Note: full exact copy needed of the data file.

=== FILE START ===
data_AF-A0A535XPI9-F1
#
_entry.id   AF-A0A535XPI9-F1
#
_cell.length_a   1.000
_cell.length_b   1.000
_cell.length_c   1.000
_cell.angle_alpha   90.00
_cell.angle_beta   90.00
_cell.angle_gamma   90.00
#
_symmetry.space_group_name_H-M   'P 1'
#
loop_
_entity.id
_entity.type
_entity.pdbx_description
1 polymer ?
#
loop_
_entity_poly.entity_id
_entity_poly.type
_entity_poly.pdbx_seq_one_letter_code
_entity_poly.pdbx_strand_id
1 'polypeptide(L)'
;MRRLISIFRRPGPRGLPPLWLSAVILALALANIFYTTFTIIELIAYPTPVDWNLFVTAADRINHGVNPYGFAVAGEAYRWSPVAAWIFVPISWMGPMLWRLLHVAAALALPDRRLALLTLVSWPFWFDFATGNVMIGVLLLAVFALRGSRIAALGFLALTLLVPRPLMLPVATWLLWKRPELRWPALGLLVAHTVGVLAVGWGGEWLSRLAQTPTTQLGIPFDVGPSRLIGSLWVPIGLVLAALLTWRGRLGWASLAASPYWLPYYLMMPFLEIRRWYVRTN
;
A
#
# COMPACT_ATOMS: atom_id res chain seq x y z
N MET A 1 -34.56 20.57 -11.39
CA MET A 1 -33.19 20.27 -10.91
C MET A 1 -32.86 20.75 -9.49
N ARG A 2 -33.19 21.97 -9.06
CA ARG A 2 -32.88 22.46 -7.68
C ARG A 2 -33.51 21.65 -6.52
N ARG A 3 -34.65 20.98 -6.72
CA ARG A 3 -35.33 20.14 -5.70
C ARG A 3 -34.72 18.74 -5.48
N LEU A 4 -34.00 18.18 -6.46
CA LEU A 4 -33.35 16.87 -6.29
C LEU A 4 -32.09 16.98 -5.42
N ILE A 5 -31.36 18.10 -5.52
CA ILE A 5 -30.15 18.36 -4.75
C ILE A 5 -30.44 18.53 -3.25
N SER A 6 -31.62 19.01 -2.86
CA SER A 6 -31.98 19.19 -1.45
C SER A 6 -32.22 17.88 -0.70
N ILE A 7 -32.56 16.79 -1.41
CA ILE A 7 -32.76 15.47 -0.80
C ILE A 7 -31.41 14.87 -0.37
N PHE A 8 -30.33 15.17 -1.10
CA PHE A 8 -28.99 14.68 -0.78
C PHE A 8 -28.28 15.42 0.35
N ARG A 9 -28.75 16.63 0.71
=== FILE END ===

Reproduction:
data_AF-A0A535XPI9-F1
#
_entry.id   AF-A0A535XPI9-F1
#
_cell.length_a   1.000
_cell.length_b   1.000
_cell.length_c   1.000
_cell.angle_alpha   90.00
_cell.angle_beta   90.00
_cell.angle_gamma   90.00
#
_symmetry.space_group_name_H-M   'P 1'
#
loop_
_entity.id
_entity.type
_entity.pdbx_description
1 polymer ?
#
loop_
_entity_poly.entity_id
_entity_poly.type
_entity_poly.pdbx_seq_one_letter_code
_entity_poly.pdbx_strand_id
1 'polypeptide(L)'
;MRRLISIFRRPGPRGLPPLWLSAVILALALANIFYTTFTIIELIAYPTPVDWNLFVTAADRINHGVNPYGFAVAGEAYRWSPVAAWIFVPISWMGPMLWRLLHVAAALALPDRRLALLTLVSWPFWFDFATGNVMIGVLLLAVFALRGSRIAALGFLALTLLVPRPLMLPVATWLLWKRPELRWPALGLLVAHTVGVLAVGWGGEWLSRLAQTPTTQLGIPFDVGPSRLIGSLWVPIGLVLAALLTWRGRLGWASLAASPYWLPYYLMMPFLEIRRWYVRTN
;
A
#
# COMPACT_ATOMS: atom_id res chain seq x y z
N MET A 1 -34.56 20.57 -11.39
CA MET A 1 -33.19 20.27 -10.91
C MET A 1 -32.86 20.75 -9.49
N ARG A 2 -33.19 21.97 -9.06
CA ARG A 2 -32.88 22.46 -7.68
C ARG A 2 -33.51 21.65 -6.52
N ARG A 3 -34.65 20.98 -6.72
CA ARG A 3 -35.33 20.14 -5.70
C ARG A 3 -34.72 18.74 -5.48
N LEU A 4 -34.00 18.18 -6.46
CA LEU A 4 -33.35 16.87 -6.29
C LEU A 4 -32.09 16.98 -5.42
N ILE A 5 -31.36 18.10 -5.52
CA ILE A 5 -30.15 18.36 -4.75
C ILE A 5 -30.44 18.53 -3.25
N SER A 6 -31.62 19.01 -2.86
CA SER A 6 -31.98 19.19 -1.45
C SER A 6 -32.22 17.88 -0.70
N ILE A 7 -32.56 16.79 -1.41
CA ILE A 7 -32.76 15.47 -0.80
C ILE A 7 -31.41 14.87 -0.37
N PHE A 8 -30.33 15.17 -1.10
CA PHE A 8 -28.99 14.68 -0.78
C PHE A 8 -28.28 15.42 0.35
N ARG A 9 -28.75 16.63 0.71